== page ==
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Bizarre situation with neighbour and DH - is this inappropriate or am I being silly?

(210 Posts)
kiwiwiki Fri 29-Nov-13 22:51:26

Hello,

I had to name change for this one, as I feel like a complete prat asking for help with a sweet old lady. I need a bit of perspective so if you think I'm being ridiculous, feel free to say so and I won't take it personally.

Here's the story. I got married quite recently (I'm 27, DH is 34). We moved into our flat several months ago. There is an older lady (I think in her 60s, though I'm not sure) who lives alone down the hall and I think she has a bit of a crush on DH. That would be completely fine with me, but it's getting a bit too much. Initially she just went out of her way to chat with him every time he was around. Now, though, she has moved on to asking him for help with things in her flat. Sometimes she'll say that she's feeling unwell, other times she desperately needs help getting something fixed. It started to get a bit irritating after a while, but I still didn't mind until she started knocking on our door later and later in the evenings.

She completely ignores me. She's been to my flat multiple times now and knows who I am, but goes out of her way not to say hello to me when we see each other. This week DH was away on a business trip and I was alone. She came by the other day, claiming to be feeling ill and faint and asked if DH was around. I told her that he wasn't but offered to help her myself. She declined and said that she would be fine. I actually insisted (if she was really ill, I didn't want that on my conscience) but she refused my help and left.

Well, he came back tonight and so did she. Knocked on the door about 30 mins ago, claiming to be ill and he went to her flat and is still with her now.

I started getting annoyed so I complained about her behaviour to a friend who I was chatting with online. The friend said that the situation could be much worse than a simple annoyance. She said that the neighbour could cause a lot of trouble, accuse him of assault, or anything she felt like if things turned sour.

I think this is taking things a bit too far but it scared me a little too. Is my friend being completely paranoid or do I have something to worry about?

SugarMiceInTheRain Fri 29-Nov-13 22:55:02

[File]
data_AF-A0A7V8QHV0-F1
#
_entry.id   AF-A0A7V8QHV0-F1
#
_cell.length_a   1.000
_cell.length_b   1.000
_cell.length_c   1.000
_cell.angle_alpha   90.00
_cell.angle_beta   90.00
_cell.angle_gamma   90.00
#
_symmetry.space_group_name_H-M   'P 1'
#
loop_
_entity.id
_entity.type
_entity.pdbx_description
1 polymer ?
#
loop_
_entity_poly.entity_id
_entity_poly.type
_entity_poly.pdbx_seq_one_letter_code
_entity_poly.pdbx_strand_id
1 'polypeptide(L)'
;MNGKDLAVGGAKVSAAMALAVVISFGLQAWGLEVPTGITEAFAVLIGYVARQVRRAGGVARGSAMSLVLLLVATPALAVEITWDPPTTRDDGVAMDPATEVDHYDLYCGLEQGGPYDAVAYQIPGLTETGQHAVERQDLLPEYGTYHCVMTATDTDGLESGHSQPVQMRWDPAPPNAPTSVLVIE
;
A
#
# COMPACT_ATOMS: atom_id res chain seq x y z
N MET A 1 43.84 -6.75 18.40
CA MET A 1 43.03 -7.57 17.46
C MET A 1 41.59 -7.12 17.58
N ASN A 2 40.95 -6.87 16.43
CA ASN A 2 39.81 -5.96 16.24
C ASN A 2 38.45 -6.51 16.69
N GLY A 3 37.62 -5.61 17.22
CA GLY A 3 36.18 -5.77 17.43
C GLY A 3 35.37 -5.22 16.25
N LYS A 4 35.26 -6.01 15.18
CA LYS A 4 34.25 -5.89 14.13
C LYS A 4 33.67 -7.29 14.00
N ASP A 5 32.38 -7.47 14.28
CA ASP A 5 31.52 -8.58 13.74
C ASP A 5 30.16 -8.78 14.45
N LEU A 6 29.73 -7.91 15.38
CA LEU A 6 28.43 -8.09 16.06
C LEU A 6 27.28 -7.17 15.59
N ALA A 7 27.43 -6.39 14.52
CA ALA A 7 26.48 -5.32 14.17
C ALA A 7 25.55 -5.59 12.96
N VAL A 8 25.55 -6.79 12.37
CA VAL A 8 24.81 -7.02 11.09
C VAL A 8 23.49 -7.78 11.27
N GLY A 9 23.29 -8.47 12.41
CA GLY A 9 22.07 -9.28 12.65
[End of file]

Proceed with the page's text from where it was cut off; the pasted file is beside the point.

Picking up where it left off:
I'd be a tad worried in your shoes. At the beginning of your post I thought maybe you were being paranoid, but by the end, I see what you mean - bizarre behaviour refusing help from you then waiting til he gets back. Don't know what to suggest really. Move??? grin

PatriciaHolm Fri 29-Nov-13 22:56:17

Next time he goes round, go with him. It will soon be clear whether she is genuinely in need (possible, maybe her own son has moved away and she's feeling the loss, or she could just need a hand sometimes) or whether she's exaggerating.

BasilBabyEater Fri 29-Nov-13 22:56:45

Your friend is being paranoid about the potential assault allegation (they're very rare), but I think you should be making it much harder for the neighbour to encroach on your DH's time without you being there.

Brief your DH that every time she wants his help, he should be unavailable and offer your's instead, or he should find that he'll prob need your help too, so you go with him. If she realises that each time he comes to her flat, you'll be coming too, she'll probably back off.

Unless of course she genuinely does just want DIY jobs done, but that doesn't explain why she's so uncivilised as to be ignoring you.

What does your DH say about it?

Pancakeflipper Fri 29-Nov-13 22:57:36

Why does he not say phone the out of hours doctor if I'll. If wanting help in flat then say too busy. Why does he go round ?

MajesticWhine Fri 29-Nov-13 22:59:32

I wouldn't be particularly worried about the neighbour causing trouble, although she does sounds like a pest. I would be concerned that he has been away, has only just returned and is spending time with her and not you. Perhaps she is lonely and has no other support, but it's not ok. You need to be having this conversation with him and devise a strategy together to deal with this. eg, you both escort her back to her flat together to make sure she's ok. Offer to ring NHS direct or something. And then leave. Only if you get your DH on side, are you going to solve this.

MerryMarigold Fri 29-Nov-13 23:01:06

I came on here prepared for you to be a bit of a nut job. But it sounds like SHE is the nut job! Oh My Goodness. He has just back from business and is round her place. I think you need to tell him what happened whilst he was away. That's very odd. What does he actually do when she's 'feeling faint'. I agree with going with him from now on, and hope she backs off when she knows she hasn't got him alone.

deelite72 Fri 29-Nov-13 23:02:19